Rise is approximately seven inches and tread is approximately ten inches.
Eight step stringers are a common length so, any business carrying strings should have them!
It depends what the "THIS" in your question is!
As far as steps go, you could get away with a 10 inch wide boards. But, if you are putting in out door steps, which can be subjected to snow, rain or any other inclement weather, you are better off to use two six inch wide board material. WHY, you might ask? Drainage! One, ten inch wide board, exposed to exterior weather could warp or split over time. things could get slippery! Using two six inch wide boards with a 3/8 to .50 space will give you two things. Less chance of warping or splitting AND, there will be drainage for rain, ice or snow that might accumulate! Another consider! Over the years I have designed and built a variety of steps, both for in and out side use. I almost always defer to two six inch wide. boards that are run in parallel and do so for the reasons I have noted above. Installed on a ten inch tread, it will give you a few more inches of overhang which looks better and is safer for climbing or descending. This is an important consideration as the elderly will need and appreciate any safety issue you per-design into your stair way! FYI: A five or ten inch wide board is the raw/fresh dimension, prior to their being dried by seasoning. Be aware what what you think you are buying just may not be so!
Tainc2802, We do not carry the stair stringer with 13 steps at this time. Please contact your local Home Depot PRO associate to discuss special order options.
Lakehouse, Lumber treated to “Ground Contact” has a high chemical retention level and can be placed directly on or in the ground with better protection against rot or decay. It also has 2X the protection compared to Above Ground treatment. For specific details about each product, you might consider comparing the warranty information on the product pages; it is located in the boxed-off Info & Guides section, part-way down the page, on the right.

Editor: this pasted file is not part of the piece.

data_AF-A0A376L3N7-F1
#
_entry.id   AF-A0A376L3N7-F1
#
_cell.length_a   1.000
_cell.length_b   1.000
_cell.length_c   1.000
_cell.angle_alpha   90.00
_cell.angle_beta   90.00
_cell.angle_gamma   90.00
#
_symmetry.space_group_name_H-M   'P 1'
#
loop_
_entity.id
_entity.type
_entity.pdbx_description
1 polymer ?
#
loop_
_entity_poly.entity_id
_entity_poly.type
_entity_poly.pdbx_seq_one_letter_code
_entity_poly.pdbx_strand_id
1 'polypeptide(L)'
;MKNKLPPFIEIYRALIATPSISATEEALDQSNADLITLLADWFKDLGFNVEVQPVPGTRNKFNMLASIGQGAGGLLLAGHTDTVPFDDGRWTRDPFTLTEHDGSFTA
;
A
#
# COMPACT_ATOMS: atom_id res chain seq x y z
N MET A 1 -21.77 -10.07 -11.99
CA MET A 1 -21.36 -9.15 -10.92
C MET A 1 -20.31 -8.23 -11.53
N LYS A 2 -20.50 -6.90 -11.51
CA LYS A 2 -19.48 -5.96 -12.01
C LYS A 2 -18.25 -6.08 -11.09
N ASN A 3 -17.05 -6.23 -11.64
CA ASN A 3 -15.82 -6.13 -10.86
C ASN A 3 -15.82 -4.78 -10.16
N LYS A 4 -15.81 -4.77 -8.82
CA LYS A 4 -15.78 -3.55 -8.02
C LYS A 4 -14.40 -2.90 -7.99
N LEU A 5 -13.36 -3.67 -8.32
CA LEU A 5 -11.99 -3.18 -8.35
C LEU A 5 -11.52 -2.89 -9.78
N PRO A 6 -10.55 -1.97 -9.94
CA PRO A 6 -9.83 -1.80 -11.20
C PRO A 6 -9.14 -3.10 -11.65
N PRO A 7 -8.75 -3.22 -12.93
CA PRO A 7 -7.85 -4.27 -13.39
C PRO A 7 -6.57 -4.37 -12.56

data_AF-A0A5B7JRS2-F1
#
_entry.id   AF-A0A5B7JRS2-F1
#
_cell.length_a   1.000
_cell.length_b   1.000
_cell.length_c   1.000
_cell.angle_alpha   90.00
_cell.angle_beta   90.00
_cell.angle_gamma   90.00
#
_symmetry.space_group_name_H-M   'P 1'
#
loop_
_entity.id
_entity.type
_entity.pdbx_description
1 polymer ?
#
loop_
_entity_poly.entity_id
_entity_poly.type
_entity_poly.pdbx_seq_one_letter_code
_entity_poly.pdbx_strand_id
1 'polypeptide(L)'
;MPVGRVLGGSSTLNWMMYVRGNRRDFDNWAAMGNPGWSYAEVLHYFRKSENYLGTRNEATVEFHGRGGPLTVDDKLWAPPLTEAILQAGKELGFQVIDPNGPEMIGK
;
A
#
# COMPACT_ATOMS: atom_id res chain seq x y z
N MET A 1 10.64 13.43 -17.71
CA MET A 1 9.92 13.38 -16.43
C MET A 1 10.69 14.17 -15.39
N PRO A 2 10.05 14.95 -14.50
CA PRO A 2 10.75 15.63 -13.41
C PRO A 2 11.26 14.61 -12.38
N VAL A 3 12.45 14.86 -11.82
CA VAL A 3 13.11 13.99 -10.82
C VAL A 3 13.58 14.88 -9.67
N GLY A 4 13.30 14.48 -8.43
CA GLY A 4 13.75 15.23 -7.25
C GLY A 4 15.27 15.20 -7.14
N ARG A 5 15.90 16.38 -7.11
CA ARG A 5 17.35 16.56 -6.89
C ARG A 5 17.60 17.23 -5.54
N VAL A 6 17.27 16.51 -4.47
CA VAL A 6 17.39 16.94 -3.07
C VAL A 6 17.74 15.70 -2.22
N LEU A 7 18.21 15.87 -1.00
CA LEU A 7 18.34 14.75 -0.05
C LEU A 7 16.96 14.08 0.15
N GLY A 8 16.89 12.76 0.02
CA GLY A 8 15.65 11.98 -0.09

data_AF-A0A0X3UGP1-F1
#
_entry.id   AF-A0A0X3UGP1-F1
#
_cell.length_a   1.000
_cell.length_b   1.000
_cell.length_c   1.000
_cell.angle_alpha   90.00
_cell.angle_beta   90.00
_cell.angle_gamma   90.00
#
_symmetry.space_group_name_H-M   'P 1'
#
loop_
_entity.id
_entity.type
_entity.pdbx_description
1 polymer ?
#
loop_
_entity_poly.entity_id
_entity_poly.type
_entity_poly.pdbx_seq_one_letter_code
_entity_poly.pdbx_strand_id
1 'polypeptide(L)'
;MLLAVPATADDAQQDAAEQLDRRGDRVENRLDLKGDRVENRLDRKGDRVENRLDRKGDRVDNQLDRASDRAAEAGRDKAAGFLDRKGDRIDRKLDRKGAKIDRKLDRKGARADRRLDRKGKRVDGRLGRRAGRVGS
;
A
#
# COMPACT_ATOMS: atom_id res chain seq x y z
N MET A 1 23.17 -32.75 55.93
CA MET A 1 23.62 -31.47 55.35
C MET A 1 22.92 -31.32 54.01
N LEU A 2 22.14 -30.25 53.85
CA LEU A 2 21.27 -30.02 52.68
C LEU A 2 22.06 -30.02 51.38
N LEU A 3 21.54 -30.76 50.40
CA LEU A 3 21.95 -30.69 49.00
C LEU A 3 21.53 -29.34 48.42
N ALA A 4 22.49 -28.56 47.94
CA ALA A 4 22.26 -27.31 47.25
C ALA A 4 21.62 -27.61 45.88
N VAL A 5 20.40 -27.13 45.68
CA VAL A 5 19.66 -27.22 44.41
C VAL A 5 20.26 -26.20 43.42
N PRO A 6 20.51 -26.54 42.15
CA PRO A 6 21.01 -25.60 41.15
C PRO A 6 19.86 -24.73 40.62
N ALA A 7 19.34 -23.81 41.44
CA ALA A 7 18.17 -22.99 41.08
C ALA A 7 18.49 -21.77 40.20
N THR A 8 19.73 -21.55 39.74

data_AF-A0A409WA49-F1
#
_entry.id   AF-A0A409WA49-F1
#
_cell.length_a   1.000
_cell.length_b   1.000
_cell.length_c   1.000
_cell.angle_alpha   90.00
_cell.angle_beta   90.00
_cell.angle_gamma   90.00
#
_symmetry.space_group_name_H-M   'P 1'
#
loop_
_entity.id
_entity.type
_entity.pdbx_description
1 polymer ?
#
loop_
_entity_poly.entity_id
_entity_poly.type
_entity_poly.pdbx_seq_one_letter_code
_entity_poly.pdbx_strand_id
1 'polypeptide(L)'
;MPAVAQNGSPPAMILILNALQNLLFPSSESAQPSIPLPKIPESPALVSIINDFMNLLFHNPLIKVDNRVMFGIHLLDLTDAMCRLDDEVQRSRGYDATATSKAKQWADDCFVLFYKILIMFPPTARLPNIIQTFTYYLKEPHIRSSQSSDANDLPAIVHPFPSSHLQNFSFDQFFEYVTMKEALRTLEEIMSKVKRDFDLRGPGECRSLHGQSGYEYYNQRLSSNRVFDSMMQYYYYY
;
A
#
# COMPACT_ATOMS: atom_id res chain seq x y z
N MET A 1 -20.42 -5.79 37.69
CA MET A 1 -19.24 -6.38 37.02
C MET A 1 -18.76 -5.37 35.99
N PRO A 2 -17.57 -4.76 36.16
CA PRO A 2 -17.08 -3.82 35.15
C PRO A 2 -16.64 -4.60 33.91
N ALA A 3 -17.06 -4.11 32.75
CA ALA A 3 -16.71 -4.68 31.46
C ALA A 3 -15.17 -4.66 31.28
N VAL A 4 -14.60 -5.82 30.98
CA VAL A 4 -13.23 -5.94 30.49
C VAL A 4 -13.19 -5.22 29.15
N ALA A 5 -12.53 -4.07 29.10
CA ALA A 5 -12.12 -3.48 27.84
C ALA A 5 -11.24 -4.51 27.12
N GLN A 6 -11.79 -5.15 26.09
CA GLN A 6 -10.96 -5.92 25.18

Stairs, You should have no problem finding a plethora of builders/handymen/carpenters at your Home Depot; ask at the Pro Desk for where they keep business cards or have a listing of these contractors. Whether they are available now, though, is another question.
Gman, That should work.
Ben: The number you are needing is a vertical measurement from the ground floor to the top of the floor you are trying to reach with your steps. Once you know that, the rest is just simple math! The vertical rise for each step is typically 7 inches. Typically the step is 10 inches. Divide the 7 inch dimension into the vertical dimension, and you should have the number of steps you will need. (ie, 7 divided into 70 inches = 10 steps. If you have a odd, not an even number of steps, then order one extra step on your stringer. Trim the extra material off the bottom stringer NOT the top. Doing so will limit the potential dangerous trip factor. Best of luck!
Charlie, This goes back to trigonometry, right triangles, angles, and Pythagorean Equation...if you're into all of that stuff. Our expert says that an 8-step stringer has 7 steps at 6.75 in. height plus 1 step at 5.75 in. = 53 in. for total height. Run is 10 in. x 8 treads = 80 in. for total length. [(53)^2 + (80)^2] = 9,208 in^2. Take the square root, and it equals 95.96 in. for the hypotenuse of the triangle.